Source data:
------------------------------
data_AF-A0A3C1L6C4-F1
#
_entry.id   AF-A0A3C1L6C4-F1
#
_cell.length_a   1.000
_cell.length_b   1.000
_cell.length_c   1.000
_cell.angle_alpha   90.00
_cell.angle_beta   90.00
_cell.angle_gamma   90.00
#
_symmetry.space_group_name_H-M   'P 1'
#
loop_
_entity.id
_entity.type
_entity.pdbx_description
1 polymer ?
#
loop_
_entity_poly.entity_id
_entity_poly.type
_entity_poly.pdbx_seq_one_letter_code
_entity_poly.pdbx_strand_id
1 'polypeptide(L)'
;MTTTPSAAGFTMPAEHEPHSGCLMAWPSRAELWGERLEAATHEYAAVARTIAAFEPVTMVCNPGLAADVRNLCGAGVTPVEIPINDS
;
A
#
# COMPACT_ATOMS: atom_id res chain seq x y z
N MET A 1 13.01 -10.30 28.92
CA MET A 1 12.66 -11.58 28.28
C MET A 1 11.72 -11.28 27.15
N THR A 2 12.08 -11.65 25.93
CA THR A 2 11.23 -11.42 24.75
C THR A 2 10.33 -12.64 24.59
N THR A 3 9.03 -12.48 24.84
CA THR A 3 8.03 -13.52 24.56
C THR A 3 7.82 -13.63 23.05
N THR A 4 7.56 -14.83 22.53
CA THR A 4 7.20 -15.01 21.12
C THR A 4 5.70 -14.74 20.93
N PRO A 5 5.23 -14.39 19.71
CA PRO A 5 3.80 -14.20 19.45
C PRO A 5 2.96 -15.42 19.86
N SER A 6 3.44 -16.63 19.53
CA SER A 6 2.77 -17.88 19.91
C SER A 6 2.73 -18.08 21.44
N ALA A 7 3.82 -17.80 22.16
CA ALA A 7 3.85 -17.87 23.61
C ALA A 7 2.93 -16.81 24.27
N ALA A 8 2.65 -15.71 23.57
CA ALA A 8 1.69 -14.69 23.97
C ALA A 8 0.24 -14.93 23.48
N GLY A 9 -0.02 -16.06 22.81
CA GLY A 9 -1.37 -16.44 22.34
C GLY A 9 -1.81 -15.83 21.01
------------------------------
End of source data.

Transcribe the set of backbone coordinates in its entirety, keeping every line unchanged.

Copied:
data_AF-A0A3C1L6C4-F1
#
_entry.id   AF-A0A3C1L6C4-F1
#
_cell.length_a   1.000
_cell.length_b   1.000
_cell.length_c   1.000
_cell.angle_alpha   90.00
_cell.angle_beta   90.00
_cell.angle_gamma   90.00
#
_symmetry.space_group_name_H-M   'P 1'
#
loop_
_entity.id
_entity.type
_entity.pdbx_description
1 polymer ?
#
loop_
_entity_poly.entity_id
_entity_poly.type
_entity_poly.pdbx_seq_one_letter_code
_entity_poly.pdbx_strand_id
1 'polypeptide(L)'
;MTTTPSAAGFTMPAEHEPHSGCLMAWPSRAELWGERLEAATHEYAAVARTIAAFEPVTMVCNPGLAADVRNLCGAGVTPVEIPINDS
;
A
#
# COMPACT_ATOMS: atom_id res chain seq x y z
N MET A 1 13.01 -10.30 28.92
CA MET A 1 12.66 -11.58 28.28
C MET A 1 11.72 -11.28 27.15
N THR A 2 12.08 -11.65 25.93
CA THR A 2 11.23 -11.42 24.75
C THR A 2 10.33 -12.64 24.59
N THR A 3 9.03 -12.48 24.84
CA THR A 3 8.03 -13.52 24.56
C THR A 3 7.82 -13.63 23.05
N THR A 4 7.56 -14.83 22.53
CA THR A 4 7.20 -15.01 21.12
C THR A 4 5.70 -14.74 20.93
N PRO A 5 5.23 -14.39 19.71
CA PRO A 5 3.80 -14.20 19.45
C PRO A 5 2.96 -15.42 19.86
N SER A 6 3.44 -16.63 19.53
CA SER A 6 2.77 -17.88 19.91
C SER A 6 2.73 -18.08 21.44
N ALA A 7 3.82 -17.80 22.16
CA ALA A 7 3.85 -17.87 23.61
C ALA A 7 2.93 -16.81 24.27
N ALA A 8 2.65 -15.71 23.57
CA ALA A 8 1.69 -14.69 23.97
C ALA A 8 0.24 -14.93 23.48
N GLY A 9 -0.02 -16.06 22.81
CA GLY A 9 -1.37 -16.44 22.34
C GLY A 9 -1.81 -15.83 21.01